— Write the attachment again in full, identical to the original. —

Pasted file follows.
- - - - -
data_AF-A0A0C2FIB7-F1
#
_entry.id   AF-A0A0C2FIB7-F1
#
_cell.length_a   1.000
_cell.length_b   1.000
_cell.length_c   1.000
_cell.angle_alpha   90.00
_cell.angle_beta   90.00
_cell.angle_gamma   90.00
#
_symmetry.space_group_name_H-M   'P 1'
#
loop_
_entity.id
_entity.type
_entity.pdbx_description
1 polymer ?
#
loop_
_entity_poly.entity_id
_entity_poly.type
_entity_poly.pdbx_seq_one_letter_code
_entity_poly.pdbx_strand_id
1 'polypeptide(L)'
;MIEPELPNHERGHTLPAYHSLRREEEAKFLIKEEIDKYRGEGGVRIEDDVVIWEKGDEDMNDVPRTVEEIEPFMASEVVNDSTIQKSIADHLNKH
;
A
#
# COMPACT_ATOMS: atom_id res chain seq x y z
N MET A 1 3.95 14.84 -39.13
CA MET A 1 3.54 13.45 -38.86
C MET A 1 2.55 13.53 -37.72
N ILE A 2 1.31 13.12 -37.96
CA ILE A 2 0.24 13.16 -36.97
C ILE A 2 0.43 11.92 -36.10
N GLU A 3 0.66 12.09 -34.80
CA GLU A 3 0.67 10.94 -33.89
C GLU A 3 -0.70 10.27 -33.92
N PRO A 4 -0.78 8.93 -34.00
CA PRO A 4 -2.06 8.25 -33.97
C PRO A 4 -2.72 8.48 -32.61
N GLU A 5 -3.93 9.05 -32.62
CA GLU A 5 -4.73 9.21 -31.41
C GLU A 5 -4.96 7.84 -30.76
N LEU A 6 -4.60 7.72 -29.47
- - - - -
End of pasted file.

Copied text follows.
data_AF-A0A0C2FIB7-F1
#
_entry.id   AF-A0A0C2FIB7-F1
#
_cell.length_a   1.000
_cell.length_b   1.000
_cell.length_c   1.000
_cell.angle_alpha   90.00
_cell.angle_beta   90.00
_cell.angle_gamma   90.00
#
_symmetry.space_group_name_H-M   'P 1'
#
loop_
_entity.id
_entity.type
_entity.pdbx_description
1 polymer ?
#
loop_
_entity_poly.entity_id
_entity_poly.type
_entity_poly.pdbx_seq_one_letter_code
_entity_poly.pdbx_strand_id
1 'polypeptide(L)'
;MIEPELPNHERGHTLPAYHSLRREEEAKFLIKEEIDKYRGEGGVRIEDDVVIWEKGDEDMNDVPRTVEEIEPFMASEVVNDSTIQKSIADHLNKH
;
A
#
# COMPACT_ATOMS: atom_id res chain seq x y z
N MET A 1 3.95 14.84 -39.13
CA MET A 1 3.54 13.45 -38.86
C MET A 1 2.55 13.53 -37.72
N ILE A 2 1.31 13.12 -37.96
CA ILE A 2 0.24 13.16 -36.97
C ILE A 2 0.43 11.92 -36.10
N GLU A 3 0.66 12.09 -34.80
CA GLU A 3 0.67 10.94 -33.89
C GLU A 3 -0.70 10.27 -33.92
N PRO A 4 -0.78 8.93 -34.00
CA PRO A 4 -2.06 8.25 -33.97
C PRO A 4 -2.72 8.48 -32.61
N GLU A 5 -3.93 9.05 -32.62
CA GLU A 5 -4.73 9.21 -31.41
C GLU A 5 -4.96 7.84 -30.76
N LEU A 6 -4.60 7.72 -29.47